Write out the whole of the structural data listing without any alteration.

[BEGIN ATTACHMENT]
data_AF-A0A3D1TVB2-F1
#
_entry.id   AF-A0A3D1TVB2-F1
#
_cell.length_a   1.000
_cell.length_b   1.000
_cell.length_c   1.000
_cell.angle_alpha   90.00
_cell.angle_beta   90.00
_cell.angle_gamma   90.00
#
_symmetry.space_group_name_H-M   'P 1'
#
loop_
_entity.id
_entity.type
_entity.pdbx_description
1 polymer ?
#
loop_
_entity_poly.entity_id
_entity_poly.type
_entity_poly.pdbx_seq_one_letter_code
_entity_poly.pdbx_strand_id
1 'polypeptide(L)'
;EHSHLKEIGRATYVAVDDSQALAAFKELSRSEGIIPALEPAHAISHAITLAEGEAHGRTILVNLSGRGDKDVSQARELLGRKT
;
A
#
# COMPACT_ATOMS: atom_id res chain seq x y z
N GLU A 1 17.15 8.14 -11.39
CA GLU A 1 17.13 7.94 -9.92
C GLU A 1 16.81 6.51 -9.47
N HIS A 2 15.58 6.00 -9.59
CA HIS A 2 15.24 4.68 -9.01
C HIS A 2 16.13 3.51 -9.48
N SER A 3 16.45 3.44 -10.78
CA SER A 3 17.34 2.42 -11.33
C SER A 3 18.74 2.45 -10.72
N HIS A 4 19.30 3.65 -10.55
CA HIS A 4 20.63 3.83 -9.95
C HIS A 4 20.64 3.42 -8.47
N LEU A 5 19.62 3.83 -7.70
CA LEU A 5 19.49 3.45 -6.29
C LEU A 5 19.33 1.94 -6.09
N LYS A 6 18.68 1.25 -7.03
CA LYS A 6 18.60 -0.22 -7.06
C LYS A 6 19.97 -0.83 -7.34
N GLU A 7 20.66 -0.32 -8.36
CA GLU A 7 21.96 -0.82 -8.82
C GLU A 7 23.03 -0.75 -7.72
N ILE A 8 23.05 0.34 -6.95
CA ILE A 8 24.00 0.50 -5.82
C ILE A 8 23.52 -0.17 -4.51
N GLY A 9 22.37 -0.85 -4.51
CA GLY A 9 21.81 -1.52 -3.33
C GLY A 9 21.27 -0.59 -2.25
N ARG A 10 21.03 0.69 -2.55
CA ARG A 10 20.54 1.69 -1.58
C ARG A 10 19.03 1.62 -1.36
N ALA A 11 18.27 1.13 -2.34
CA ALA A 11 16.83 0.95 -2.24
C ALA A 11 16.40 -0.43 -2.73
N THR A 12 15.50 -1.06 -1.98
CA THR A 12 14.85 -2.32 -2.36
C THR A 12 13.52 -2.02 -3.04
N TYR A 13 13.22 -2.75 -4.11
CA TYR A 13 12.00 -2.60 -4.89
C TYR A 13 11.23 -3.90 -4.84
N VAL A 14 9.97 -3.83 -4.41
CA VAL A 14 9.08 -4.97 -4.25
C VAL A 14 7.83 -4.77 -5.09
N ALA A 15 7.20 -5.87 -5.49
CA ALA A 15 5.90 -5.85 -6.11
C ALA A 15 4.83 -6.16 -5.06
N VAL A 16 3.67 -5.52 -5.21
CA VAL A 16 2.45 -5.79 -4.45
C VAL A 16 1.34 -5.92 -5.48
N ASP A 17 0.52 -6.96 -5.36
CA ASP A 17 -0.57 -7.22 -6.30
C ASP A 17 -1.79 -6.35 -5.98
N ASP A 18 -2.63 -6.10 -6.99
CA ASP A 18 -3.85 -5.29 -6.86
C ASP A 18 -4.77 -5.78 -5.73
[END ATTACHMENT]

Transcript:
data_AF-A0A3D1TVB2-F1
#
_entry.id   AF-A0A3D1TVB2-F1
#
_cell.length_a   1.000
_cell.length_b   1.000
_cell.length_c   1.000
_cell.angle_alpha   90.00
_cell.angle_beta   90.00
_cell.angle_gamma   90.00
#
_symmetry.space_group_name_H-M   'P 1'
#
loop_
_entity.id
_entity.type
_entity.pdbx_description
1 polymer ?
#
loop_
_entity_poly.entity_id
_entity_poly.type
_entity_poly.pdbx_seq_one_letter_code
_entity_poly.pdbx_strand_id
1 'polypeptide(L)'
;EHSHLKEIGRATYVAVDDSQALAAFKELSRSEGIIPALEPAHAISHAITLAEGEAHGRTILVNLSGRGDKDVSQARELLGRKT
;
A
#
# COMPACT_ATOMS: atom_id res chain seq x y z
N GLU A 1 17.15 8.14 -11.39
CA GLU A 1 17.13 7.94 -9.92
C GLU A 1 16.81 6.51 -9.47
N HIS A 2 15.58 6.00 -9.59
CA HIS A 2 15.24 4.68 -9.01
C HIS A 2 16.13 3.51 -9.48
N SER A 3 16.45 3.44 -10.78
CA SER A 3 17.34 2.42 -11.33
C SER A 3 18.74 2.45 -10.72
N HIS A 4 19.30 3.65 -10.55
CA HIS A 4 20.63 3.83 -9.95
C HIS A 4 20.64 3.42 -8.47
N LEU A 5 19.62 3.83 -7.70
CA LEU A 5 19.49 3.45 -6.29
C LEU A 5 19.33 1.94 -6.09
N LYS A 6 18.68 1.25 -7.03
CA LYS A 6 18.60 -0.22 -7.06
C LYS A 6 19.97 -0.83 -7.34
N GLU A 7 20.66 -0.32 -8.36
CA GLU A 7 21.96 -0.82 -8.82
C GLU A 7 23.03 -0.75 -7.72
N ILE A 8 23.05 0.34 -6.95
CA ILE A 8 24.00 0.50 -5.82
C ILE A 8 23.52 -0.17 -4.51
N GLY A 9 22.37 -0.85 -4.51
CA GLY A 9 21.81 -1.52 -3.33
C GLY A 9 21.27 -0.59 -2.25
N ARG A 10 21.03 0.69 -2.55
CA ARG A 10 20.54 1.69 -1.58
C ARG A 10 19.03 1.62 -1.36
N ALA A 11 18.27 1.13 -2.34
CA ALA A 11 16.83 0.95 -2.24
C ALA A 11 16.40 -0.43 -2.73
N THR A 12 15.50 -1.06 -1.98
CA THR A 12 14.85 -2.32 -2.36
C THR A 12 13.52 -2.02 -3.04
N TYR A 13 13.22 -2.75 -4.11
CA TYR A 13 12.00 -2.60 -4.89
C TYR A 13 11.23 -3.90 -4.84
N VAL A 14 9.97 -3.83 -4.41
CA VAL A 14 9.08 -4.97 -4.25
C VAL A 14 7.83 -4.77 -5.09
N ALA A 15 7.20 -5.87 -5.49
CA ALA A 15 5.90 -5.85 -6.11
C ALA A 15 4.83 -6.16 -5.06
N VAL A 16 3.67 -5.52 -5.21
CA VAL A 16 2.45 -5.79 -4.45
C VAL A 16 1.34 -5.92 -5.48
N ASP A 17 0.52 -6.96 -5.36
CA ASP A 17 -0.57 -7.22 -6.30
C ASP A 17 -1.79 -6.35 -5.98
N ASP A 18 -2.63 -6.10 -6.99
CA ASP A 18 -3.85 -5.29 -6.86
C ASP A 18 -4.77 -5.78 -5.73